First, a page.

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Taerak's Void
by M. R. Mathias

$ 3.99
Kindle Edition published 2017-07-09
Bestseller ranking: 7762

Product Description
Taerak's Void
(Book One of Fantastica)
A new series by multiple award winning author, M. R. Mathias

After finding a strange medallion and some maps with markings that no one in his village can understand, Braxton Bray decides to take it all to the Hall of Scholars in the kingdom's capital. But greed is everywhere. Braxton and a tough young female caravan guard named Nixy are forced to run for their lives, for someone else wants what Braxton found and is willing to go to great lengths to take it from him.

With a hefty, kingdom wide, bounty on their heads, not even the great wizards of the Sorcerious can help them. Left with nothing but each other, Braxton and Nixy have no choice but to get on a ship and go on an adventure that will take them places they would have otherwise never imagined. Elves, dwarves, giant gothicans, and trolls, treacherous forests on distant shores, love, death, terror, and magic all await...

Author Topic: What The Dickens!  (Read 97 times)  

Offline EDDIEO

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What The Dickens!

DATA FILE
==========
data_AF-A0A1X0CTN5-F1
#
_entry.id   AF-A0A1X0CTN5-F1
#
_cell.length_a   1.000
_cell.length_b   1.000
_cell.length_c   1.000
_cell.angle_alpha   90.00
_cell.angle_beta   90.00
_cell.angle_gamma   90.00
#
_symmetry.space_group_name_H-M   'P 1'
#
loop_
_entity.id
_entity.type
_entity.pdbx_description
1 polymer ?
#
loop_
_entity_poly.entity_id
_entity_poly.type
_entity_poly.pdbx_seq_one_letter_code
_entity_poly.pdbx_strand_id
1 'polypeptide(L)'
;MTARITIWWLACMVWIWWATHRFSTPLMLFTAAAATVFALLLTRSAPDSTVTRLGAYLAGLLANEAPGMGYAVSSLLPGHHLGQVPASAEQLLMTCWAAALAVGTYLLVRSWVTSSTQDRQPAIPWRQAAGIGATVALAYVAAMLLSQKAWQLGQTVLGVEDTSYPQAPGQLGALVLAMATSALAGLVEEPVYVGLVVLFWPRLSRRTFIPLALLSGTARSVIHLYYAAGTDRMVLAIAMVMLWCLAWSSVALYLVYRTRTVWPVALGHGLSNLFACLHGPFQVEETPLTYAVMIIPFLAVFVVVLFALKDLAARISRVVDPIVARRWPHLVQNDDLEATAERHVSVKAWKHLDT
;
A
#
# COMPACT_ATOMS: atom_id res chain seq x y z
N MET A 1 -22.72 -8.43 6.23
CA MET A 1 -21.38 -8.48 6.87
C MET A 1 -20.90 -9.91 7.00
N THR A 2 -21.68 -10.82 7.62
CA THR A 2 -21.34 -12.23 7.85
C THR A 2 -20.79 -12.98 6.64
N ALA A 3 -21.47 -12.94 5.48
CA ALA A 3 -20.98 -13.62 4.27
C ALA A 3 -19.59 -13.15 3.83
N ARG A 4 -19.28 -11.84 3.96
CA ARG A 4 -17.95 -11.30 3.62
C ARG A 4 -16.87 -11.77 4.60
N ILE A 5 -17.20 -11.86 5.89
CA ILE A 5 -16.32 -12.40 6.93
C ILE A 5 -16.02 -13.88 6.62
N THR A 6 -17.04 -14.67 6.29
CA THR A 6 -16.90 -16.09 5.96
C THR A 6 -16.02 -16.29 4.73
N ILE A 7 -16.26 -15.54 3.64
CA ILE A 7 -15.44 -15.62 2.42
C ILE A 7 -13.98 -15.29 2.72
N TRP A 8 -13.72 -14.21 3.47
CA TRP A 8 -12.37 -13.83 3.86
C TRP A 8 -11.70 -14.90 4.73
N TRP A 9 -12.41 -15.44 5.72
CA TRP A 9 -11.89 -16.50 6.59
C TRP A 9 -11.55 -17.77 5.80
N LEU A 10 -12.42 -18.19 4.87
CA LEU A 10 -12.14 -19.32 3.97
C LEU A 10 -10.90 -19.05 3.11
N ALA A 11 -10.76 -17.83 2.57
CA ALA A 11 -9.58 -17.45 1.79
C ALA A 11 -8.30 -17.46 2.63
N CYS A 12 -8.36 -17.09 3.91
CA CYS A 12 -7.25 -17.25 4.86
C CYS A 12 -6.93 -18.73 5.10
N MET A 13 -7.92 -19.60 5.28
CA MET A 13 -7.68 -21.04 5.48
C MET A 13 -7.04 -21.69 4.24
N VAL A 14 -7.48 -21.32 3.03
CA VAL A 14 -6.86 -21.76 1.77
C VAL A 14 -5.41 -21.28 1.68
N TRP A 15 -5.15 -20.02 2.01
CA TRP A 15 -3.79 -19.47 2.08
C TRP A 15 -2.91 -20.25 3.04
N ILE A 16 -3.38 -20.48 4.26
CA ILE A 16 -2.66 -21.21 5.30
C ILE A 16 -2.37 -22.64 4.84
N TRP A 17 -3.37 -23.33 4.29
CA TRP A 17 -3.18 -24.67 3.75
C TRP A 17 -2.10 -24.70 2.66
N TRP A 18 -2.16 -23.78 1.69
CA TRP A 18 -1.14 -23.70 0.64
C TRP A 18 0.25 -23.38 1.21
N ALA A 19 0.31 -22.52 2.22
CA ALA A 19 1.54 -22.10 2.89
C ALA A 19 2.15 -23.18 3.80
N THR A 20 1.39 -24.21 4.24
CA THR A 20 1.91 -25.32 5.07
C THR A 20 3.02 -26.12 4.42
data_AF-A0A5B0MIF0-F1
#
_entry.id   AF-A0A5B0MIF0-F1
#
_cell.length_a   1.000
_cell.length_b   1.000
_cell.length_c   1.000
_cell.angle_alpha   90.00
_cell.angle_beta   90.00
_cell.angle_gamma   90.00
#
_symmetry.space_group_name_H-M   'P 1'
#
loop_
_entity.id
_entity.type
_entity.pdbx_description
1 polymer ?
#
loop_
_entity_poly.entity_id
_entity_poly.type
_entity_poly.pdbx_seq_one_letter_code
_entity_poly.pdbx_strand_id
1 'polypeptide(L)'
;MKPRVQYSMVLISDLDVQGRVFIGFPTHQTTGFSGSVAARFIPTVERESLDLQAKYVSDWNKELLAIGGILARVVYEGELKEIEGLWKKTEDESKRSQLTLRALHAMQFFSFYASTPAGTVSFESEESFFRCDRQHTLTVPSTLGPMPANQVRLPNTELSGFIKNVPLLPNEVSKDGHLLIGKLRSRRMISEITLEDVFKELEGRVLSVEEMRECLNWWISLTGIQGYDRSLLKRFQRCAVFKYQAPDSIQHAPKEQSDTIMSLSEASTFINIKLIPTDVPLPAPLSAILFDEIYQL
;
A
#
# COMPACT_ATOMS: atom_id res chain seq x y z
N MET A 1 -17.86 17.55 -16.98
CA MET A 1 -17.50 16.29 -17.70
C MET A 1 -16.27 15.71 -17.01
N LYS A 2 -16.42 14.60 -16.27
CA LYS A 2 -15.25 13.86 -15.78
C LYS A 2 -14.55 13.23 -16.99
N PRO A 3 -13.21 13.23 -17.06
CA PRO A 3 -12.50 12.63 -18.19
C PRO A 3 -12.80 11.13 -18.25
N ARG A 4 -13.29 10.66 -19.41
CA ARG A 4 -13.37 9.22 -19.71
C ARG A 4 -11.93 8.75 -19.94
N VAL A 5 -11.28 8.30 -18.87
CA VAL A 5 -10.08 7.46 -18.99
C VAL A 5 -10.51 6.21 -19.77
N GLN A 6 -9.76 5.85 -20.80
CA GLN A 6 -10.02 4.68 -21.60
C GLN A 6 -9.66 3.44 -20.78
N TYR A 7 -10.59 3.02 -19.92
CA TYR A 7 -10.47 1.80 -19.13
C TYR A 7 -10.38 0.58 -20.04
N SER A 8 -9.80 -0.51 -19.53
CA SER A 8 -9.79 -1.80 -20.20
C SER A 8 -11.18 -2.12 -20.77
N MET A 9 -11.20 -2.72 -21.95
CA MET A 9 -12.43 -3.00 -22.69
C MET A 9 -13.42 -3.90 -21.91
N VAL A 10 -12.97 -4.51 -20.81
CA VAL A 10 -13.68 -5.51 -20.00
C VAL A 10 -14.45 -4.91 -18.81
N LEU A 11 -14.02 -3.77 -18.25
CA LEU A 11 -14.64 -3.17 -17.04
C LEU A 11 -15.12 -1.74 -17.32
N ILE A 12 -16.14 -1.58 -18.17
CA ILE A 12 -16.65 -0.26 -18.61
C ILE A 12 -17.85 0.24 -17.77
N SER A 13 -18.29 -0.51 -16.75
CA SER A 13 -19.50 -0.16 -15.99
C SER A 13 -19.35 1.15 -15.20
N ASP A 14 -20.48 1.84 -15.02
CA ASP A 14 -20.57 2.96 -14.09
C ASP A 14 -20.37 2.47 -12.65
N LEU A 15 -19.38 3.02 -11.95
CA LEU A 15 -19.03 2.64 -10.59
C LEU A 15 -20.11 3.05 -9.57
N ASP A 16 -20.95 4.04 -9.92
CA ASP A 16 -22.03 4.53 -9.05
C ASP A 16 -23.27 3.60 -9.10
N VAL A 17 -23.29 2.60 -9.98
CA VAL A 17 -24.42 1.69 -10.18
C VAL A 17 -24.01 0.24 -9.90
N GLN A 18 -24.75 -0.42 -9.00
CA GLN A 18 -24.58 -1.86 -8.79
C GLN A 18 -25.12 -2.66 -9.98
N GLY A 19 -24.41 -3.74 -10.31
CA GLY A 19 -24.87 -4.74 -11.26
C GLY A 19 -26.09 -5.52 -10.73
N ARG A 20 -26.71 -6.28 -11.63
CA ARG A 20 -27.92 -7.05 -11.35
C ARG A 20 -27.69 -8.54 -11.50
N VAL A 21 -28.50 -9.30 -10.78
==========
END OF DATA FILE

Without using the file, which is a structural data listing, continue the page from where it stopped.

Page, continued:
« on: August 03, 2017, 02:53:19 AM »
Plot or character?

Actually you need both, to make a great novel.

Getting the mix right is the hard part. Dickens is arguably the greatest creator of memorable, modern characters. Think about, Fagin, Scrooge, Uriah Heep, Miss Havisham, Mr Micawber et al. (Shakespeare might have a say in the best characters of all time too)

Stephen King is my current favourite for characters.

And of all three of the authors mentioned, is plot anything more than a tool to play with their characters, in any of their works?

Indeed, is plot ever more than a device to wrap your characters around?

Dickens' characters are still well know and loved after 150 years. However, if you read the unabridged novels they are really hard work. Dickens spends three pages describing a character and it's too much for me.

The modern adage is "Show not tell" and Dickens does show in great detail why we should love, hate, fear and empathise with these giants of literary creation.

Of course, his writing was of it's time and I understand that.

What never changes for writers is breaking the story and using the characters to make the plot zing along.

Dickens seems to me, to enjoy taking his young male characters on journeys, which then allows him to introduce all of his wonderful character creations. (IE: Oliver Twist, meets The Artful Dodger, Fagin, and Bill Sykes.

David Copperfield, Pip and Nicholas Nickleby all meet a variety of people on their adventures.

 And here's my question. Did Dickens have anything more than a vague idea of plot in mind for his stories?

Or did he just keep writing until a story of sorts developed and then linked all the bits in to make a story?

Or am I just thinking about my own disorganized style?

So whaddya think? Plot or character?

PM me if you want to review either book
Eddie Owens